Dying Light Review: The Fun Happens At Night


Developer: Techland

Publisher: Warner Bros. Interactive Entertainment

Platforms: PC, PS4 (Version Reviewed), Xbox One, PS3, Xbox 360

Release Date: January 27th

I invite my friend to play Dying Light with me. He’s some levels lower than I am, but altogether it does not matter. The zombies of Dying Light are as difficult as they will be from start to finish. Not because any of the zombie types get any stronger, rather the spaces in which you find them are so uneven. The difficulty curve is in learning how to navigate these narrow apartment hallways but especially so when there are hungry hordes running towards any noises.

We finish the mission and, despite a couple hiccups, we find ourselves outside in the Old Town section of Harran. The towering buildings are much safer at this hour. Volatiles roam the streets at night and avoiding their gaze is much easier running rooftops. Plus, in the event of being seen, the extra height makes for a layer of protection and gives an advantage on these undead antagonists.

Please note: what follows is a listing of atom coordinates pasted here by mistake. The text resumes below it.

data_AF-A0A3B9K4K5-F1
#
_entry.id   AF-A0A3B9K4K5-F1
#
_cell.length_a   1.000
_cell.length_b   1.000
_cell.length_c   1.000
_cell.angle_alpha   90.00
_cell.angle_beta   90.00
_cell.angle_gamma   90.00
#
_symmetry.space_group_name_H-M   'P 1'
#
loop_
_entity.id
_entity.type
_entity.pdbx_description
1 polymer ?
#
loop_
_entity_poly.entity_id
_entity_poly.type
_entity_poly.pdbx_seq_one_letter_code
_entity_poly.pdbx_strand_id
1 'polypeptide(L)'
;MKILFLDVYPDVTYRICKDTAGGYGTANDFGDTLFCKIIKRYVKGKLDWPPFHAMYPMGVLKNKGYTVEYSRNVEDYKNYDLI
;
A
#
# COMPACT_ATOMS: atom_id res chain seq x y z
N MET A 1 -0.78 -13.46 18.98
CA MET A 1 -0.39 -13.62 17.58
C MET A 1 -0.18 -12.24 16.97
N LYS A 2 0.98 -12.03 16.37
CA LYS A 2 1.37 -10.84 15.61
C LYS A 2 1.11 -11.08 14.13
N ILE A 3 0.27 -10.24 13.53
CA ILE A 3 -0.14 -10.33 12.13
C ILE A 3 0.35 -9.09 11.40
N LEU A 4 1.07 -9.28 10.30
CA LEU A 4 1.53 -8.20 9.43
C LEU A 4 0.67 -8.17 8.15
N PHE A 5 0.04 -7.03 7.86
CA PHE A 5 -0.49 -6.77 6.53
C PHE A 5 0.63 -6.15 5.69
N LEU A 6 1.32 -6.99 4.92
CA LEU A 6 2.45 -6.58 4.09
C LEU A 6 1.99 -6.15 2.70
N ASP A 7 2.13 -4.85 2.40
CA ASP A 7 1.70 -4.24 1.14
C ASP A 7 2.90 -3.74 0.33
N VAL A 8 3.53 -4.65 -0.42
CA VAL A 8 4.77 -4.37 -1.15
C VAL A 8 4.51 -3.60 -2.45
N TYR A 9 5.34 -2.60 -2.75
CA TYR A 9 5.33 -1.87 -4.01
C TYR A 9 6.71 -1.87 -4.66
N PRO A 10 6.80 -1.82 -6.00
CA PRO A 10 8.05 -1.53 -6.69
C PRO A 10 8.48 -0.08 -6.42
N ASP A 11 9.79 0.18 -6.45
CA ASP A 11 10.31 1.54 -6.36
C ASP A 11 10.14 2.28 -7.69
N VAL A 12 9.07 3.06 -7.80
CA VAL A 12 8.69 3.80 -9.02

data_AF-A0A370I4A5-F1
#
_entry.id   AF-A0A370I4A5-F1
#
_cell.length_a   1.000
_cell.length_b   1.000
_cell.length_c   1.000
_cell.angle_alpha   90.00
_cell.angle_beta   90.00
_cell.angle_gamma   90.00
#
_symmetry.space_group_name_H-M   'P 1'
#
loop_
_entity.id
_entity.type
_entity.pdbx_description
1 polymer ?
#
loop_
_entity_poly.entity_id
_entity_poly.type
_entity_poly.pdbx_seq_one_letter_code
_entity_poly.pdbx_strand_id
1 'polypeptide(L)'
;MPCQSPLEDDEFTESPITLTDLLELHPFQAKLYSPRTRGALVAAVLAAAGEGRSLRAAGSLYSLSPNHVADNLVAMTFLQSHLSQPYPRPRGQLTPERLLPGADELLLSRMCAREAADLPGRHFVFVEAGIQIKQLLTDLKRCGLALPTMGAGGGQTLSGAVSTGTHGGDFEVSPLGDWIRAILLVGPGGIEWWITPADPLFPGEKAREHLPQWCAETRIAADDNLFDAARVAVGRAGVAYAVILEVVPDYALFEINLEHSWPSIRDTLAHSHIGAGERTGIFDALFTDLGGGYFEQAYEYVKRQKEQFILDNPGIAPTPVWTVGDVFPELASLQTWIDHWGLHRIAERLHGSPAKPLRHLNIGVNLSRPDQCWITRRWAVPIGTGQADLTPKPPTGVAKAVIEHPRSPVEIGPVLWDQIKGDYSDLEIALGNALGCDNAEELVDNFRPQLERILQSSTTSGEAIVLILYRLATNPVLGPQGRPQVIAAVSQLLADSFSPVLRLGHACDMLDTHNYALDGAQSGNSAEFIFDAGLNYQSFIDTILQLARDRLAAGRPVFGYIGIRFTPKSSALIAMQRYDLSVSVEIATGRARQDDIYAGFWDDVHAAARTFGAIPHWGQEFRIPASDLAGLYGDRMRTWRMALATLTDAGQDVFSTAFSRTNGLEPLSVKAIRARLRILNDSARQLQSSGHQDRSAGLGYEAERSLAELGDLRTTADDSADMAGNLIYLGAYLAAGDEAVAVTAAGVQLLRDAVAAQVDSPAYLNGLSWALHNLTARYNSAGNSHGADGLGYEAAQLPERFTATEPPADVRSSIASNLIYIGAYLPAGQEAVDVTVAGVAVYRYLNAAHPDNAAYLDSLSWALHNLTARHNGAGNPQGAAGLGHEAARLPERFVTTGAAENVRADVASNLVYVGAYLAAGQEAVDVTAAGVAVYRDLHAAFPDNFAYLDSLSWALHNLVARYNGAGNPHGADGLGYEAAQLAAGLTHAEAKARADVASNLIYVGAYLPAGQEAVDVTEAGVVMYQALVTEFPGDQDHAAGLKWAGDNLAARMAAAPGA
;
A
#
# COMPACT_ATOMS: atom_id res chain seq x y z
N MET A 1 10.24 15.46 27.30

Up to this point, my friend has never played Dying Light at night. Like many I played with early in the game, he took the warnings of the game seriously and always tucked himself into a safe house as the sun went down. So I took him on a night time terror chase. We ended up getting chased by a horde of volatiles before holing up at a safe house as I eradicated scores of them with a police rifle, molotovs, and throwing stars.

In the middle of that session, another person joined in on the fun. A night hunter began tracking us down and attempting to kill us. This is an additional Be The Zombie mode which allows players to become zombies that hunt other human players in their games.

My friend and I characterize our troubles with some humor as this random guy hunts us down and picks us off little bit by little bit until we have no more lives left. My nephew is watching alongside me and my sister is commenting about how stupid we are for not staying on the roofs, but roaming the roads. It has truly become a bit of a family affair with my friend in his house overhearing all of my family’s snarky comments about my abilities.

“Use your grappling hook!” “Why are you running with the light? It attracts them!” Amongst a score of other denigrating comments that seem to suggest my 20+ hours of play have not made me any better at this game. They watched me survive not one but two wildly muscular demolishers amongst a score of virals, but now I am no better than a trash can.